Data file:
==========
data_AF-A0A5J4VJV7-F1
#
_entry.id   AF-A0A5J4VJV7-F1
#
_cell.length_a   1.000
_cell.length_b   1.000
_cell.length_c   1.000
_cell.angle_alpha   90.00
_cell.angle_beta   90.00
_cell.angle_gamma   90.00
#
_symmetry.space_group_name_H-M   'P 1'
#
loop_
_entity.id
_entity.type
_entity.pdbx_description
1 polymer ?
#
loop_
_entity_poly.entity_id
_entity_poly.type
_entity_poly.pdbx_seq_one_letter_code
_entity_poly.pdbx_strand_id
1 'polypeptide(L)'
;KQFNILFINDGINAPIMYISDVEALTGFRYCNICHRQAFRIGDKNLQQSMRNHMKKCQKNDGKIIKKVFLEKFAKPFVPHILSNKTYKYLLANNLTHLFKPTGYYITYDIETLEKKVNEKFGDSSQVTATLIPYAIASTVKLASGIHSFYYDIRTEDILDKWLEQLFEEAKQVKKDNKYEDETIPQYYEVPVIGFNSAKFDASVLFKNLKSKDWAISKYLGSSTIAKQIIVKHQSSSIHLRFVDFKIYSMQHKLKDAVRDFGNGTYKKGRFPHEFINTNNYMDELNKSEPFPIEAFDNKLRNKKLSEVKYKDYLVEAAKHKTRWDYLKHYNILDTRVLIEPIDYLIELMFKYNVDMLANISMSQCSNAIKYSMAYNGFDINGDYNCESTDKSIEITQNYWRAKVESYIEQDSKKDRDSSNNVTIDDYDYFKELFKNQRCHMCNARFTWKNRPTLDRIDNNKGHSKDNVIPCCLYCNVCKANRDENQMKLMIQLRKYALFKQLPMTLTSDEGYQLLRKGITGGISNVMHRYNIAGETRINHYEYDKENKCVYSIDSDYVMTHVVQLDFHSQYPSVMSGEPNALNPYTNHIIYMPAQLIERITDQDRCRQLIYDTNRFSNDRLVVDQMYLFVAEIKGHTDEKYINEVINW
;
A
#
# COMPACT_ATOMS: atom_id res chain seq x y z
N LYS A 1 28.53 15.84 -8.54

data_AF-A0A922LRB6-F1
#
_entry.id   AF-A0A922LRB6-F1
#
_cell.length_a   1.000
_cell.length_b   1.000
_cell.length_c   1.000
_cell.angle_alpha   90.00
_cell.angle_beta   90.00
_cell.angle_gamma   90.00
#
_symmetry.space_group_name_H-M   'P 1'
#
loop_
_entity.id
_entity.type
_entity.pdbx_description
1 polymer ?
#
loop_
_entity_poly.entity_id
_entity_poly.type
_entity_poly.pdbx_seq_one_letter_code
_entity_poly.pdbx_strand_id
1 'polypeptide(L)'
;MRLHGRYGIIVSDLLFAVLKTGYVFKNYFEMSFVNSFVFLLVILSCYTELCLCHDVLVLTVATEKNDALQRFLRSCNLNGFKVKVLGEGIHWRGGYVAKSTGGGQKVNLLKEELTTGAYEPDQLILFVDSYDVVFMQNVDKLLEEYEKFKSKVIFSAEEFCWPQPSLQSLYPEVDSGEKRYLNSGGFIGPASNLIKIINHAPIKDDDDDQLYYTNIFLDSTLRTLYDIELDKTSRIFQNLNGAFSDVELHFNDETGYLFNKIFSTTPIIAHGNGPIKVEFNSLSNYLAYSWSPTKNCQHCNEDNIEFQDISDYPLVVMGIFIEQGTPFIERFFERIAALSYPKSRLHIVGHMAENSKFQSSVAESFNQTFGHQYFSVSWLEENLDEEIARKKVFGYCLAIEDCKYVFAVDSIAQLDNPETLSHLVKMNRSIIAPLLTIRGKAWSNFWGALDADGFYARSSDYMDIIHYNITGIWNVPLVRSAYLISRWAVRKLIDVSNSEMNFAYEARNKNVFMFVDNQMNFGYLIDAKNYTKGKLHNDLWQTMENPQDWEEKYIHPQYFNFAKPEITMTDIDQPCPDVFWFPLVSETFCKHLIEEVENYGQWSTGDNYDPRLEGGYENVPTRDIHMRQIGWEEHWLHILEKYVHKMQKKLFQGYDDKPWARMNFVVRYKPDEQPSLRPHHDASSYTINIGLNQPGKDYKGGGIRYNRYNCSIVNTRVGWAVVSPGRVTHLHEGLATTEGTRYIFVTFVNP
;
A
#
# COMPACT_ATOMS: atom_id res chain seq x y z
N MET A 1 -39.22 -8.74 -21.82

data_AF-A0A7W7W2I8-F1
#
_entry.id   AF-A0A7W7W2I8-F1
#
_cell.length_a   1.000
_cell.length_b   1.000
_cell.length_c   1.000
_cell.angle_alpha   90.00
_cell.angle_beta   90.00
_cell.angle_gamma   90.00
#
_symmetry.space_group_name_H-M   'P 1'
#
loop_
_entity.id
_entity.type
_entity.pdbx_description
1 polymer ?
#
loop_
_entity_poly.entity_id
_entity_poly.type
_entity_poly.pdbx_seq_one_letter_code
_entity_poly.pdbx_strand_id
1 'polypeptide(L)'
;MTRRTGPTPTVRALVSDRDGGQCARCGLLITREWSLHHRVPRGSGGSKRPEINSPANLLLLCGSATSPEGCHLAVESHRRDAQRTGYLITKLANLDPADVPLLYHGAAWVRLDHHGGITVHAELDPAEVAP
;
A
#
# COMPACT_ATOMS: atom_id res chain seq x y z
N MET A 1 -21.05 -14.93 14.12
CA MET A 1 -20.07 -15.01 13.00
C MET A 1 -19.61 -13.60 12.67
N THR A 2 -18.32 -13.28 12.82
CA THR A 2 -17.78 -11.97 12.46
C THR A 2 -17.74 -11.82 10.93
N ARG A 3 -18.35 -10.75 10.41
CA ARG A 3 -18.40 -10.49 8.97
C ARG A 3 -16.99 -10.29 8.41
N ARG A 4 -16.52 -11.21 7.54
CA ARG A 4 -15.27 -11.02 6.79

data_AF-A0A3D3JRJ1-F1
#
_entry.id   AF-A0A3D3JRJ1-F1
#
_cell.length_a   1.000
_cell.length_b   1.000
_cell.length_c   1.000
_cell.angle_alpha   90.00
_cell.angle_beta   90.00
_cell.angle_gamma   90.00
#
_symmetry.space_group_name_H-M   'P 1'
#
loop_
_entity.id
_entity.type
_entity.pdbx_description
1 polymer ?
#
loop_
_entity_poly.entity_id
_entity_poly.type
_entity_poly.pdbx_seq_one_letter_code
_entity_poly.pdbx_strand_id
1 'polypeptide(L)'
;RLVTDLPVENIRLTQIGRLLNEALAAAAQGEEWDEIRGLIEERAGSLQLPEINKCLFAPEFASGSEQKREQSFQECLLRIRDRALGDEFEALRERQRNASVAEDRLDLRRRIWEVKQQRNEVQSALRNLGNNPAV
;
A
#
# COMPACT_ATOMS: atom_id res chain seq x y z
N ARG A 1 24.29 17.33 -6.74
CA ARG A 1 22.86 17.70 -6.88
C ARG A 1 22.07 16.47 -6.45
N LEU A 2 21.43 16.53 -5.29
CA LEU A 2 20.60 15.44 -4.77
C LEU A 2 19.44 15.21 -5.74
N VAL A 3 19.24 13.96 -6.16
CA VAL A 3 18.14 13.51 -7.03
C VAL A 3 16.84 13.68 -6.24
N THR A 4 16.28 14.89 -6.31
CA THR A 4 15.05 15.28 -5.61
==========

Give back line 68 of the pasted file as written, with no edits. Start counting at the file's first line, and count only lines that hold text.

_cell.length_b   1.000